“A former spouse receiving maintenance is not required to exhaust all of her assets in order to meet her basic needs.” IN RE MARRIAGE OF HARMS AND PARKER, 103 NE 3d 979 – Ill: Appellate Court, 5th Dist. 2018

“Where…the property awarded to the spouse seeking maintenance is not so substantial as to provide significant income for her to live on, and where the spouse from whom maintenance is sought has sufficient income to meet his own needs while meeting those of his spouse, the spouse seeking maintenance is not required to sell her assets or impair her capital in order to maintain herself in the manner established during the marriage.” In re Marriage of Thornton, 412 NE 2d 1336 – Ill: Appellate Court, 1st Dist. 1980

Retirement assets are different because you have to start withdrawing them when you reach retirement age. “[A] trial court may consider future income from retirement benefits in determining the proper duration or amount of a maintenance award.” In re Marriage of Heroy, 385 Ill. App. 3d 640, 656 (Ill. App. Ct. 2008)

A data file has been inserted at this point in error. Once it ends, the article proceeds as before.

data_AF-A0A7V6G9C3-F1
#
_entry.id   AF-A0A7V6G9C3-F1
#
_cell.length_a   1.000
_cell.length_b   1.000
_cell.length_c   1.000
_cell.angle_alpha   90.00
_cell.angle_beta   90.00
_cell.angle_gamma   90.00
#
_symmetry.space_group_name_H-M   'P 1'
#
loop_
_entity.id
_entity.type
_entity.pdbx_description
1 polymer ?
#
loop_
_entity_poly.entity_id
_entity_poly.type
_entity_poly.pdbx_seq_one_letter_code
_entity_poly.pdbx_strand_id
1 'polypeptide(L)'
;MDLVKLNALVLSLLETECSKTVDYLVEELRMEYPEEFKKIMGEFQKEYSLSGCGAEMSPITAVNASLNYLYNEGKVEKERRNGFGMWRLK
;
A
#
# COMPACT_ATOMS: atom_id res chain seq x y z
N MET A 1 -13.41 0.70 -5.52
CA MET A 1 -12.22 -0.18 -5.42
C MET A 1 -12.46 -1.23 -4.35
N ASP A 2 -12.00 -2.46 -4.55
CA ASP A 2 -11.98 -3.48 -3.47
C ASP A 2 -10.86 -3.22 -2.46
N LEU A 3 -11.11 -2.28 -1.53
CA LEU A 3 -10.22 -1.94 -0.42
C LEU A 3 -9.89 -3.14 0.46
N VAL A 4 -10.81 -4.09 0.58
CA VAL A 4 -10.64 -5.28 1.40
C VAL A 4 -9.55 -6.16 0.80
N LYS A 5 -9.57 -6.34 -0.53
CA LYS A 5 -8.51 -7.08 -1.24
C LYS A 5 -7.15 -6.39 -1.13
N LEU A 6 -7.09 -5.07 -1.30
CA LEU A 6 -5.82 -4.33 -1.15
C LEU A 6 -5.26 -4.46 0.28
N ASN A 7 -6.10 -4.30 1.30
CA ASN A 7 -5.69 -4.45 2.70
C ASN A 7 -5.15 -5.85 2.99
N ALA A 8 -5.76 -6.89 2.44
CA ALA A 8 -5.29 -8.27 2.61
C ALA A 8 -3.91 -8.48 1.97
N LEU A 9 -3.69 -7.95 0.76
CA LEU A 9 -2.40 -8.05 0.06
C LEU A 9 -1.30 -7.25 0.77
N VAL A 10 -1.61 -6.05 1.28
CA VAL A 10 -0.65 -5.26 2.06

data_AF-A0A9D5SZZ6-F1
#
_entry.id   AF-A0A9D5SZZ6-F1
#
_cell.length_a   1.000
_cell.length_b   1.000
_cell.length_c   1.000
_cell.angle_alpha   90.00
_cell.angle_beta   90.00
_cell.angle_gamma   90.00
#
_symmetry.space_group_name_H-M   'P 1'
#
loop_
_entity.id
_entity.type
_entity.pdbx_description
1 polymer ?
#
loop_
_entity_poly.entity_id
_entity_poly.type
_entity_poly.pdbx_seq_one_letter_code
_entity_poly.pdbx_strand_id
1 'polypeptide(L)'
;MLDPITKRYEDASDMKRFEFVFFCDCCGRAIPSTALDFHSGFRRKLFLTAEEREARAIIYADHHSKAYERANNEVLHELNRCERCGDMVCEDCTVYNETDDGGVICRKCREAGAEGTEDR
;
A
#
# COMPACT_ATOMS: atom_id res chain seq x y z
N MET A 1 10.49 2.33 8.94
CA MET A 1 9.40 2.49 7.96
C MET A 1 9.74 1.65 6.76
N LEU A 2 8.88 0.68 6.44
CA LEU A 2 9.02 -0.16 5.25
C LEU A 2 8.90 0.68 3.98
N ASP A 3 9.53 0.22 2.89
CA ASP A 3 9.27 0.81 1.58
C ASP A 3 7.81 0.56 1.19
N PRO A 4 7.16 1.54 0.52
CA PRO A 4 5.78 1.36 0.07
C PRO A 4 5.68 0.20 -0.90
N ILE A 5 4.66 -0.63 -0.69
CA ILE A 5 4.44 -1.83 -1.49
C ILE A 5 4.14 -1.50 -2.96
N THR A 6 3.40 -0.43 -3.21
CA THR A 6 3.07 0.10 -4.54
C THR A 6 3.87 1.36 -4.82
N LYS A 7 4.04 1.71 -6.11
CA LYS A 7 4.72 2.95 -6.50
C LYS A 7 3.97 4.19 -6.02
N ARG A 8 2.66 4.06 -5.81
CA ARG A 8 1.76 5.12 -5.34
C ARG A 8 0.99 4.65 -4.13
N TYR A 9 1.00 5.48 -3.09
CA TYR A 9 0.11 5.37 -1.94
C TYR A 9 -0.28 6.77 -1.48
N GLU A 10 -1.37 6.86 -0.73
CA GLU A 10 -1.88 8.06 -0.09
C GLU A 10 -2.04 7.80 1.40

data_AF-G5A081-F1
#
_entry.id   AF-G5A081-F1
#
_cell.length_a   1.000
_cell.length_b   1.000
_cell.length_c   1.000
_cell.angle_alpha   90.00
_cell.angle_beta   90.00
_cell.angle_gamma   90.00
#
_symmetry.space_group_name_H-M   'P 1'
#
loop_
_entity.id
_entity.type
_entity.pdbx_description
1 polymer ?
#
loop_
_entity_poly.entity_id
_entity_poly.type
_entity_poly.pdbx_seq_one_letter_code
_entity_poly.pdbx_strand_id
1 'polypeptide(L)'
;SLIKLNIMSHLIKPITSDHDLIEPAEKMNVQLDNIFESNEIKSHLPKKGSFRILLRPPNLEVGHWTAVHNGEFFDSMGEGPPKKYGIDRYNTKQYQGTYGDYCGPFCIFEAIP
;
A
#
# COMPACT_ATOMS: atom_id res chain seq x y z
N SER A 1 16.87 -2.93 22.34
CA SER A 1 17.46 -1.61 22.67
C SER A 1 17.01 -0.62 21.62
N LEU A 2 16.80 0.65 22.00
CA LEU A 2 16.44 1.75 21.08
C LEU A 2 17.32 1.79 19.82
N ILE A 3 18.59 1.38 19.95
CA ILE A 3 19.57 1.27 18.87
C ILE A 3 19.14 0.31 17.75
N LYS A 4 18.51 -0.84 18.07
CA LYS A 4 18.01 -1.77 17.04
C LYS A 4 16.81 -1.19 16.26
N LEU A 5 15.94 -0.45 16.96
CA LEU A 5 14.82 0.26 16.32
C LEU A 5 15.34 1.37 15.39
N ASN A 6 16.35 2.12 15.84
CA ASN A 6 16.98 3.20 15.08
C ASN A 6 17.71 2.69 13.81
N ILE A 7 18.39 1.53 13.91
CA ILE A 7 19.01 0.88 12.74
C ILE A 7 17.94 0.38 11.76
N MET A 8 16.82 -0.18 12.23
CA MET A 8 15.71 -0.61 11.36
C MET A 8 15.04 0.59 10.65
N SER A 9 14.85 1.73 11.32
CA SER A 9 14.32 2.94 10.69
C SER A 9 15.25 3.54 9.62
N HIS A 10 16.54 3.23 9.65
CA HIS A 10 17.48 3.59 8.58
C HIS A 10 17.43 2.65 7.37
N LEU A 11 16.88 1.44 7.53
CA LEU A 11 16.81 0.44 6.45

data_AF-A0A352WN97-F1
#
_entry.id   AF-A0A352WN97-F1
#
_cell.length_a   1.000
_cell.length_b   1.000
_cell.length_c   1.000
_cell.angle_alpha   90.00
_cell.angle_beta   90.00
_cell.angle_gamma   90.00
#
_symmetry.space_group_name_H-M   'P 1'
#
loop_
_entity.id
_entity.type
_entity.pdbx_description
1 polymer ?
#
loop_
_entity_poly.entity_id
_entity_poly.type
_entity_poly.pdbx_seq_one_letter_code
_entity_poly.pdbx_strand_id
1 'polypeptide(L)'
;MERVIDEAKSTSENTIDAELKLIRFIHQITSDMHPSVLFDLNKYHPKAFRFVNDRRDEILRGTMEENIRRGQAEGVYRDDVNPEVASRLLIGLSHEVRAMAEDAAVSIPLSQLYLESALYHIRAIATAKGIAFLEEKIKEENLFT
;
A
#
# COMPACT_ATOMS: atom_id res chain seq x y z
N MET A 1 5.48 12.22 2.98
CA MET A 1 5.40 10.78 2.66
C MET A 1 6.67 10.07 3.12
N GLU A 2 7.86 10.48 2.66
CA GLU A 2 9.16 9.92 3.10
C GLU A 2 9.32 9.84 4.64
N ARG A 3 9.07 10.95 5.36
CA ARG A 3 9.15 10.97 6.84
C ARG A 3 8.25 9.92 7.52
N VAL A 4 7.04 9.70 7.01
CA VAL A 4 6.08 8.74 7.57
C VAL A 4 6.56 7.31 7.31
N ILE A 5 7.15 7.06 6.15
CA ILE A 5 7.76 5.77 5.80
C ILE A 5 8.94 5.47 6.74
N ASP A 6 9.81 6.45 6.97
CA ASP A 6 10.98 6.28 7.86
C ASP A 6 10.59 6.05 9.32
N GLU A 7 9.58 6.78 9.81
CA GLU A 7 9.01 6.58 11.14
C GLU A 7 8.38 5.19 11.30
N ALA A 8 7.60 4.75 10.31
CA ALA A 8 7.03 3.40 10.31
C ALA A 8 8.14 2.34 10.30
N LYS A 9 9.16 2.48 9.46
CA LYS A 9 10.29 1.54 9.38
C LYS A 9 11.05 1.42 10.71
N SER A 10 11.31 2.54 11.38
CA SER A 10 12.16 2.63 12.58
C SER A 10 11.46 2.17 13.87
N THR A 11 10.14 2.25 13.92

When asking an Illinois divorce court to apply non-guidelines maintenance, you are really asking the court to determine the amount of money required to maintain the maintenance receiver’s standard of living.

“[M]aintenance is designed to allow the recipient spouse to maintain the standard of living enjoyed during the marriage.” In re Marriage of Micheli, 2014 IL App (2d) 121245

“‘A spouse should not be required to lower the standard of living established in the marriage as long as the payor spouse has sufficient assets to meet his [or her] needs and the needs of his [or her] former spouse.” In re Marriage of Shen, 2015 IL App (1st) 130733 (quotations omitted)

The standard of living that an Illinois divorce court should consider is based on the lifestyle the maintenance receiving spouse enjoyed during the marriage.

An Illinois divorce court must examine not only “current needs but also how much maintenance was necessary to allow her to enjoy a standard of living comparable to that she enjoyed during the marriage.” In re Marriage of Brankin, 967 NE 2d 358 – Ill: Appellate Court, 2nd Dist. 2012

This standard of living and its price must be proven with evidence. That evidence is easy to prove, just show the bills that paid for the prior standard of living.

Then, the income from the assets awarded must be proven. This is very simple, pick a reltively risk-free interest rate for the presumed income from those assets.

“[A] court may take judicial notice of the fair earning powers of money or invested capital over a certain time period.” In re Marriage of Ryman, 172 Ill. App. 3d 599, 612 (1988)

There is no standard for what rate should be applied to determine the presumed income from an awarded asset.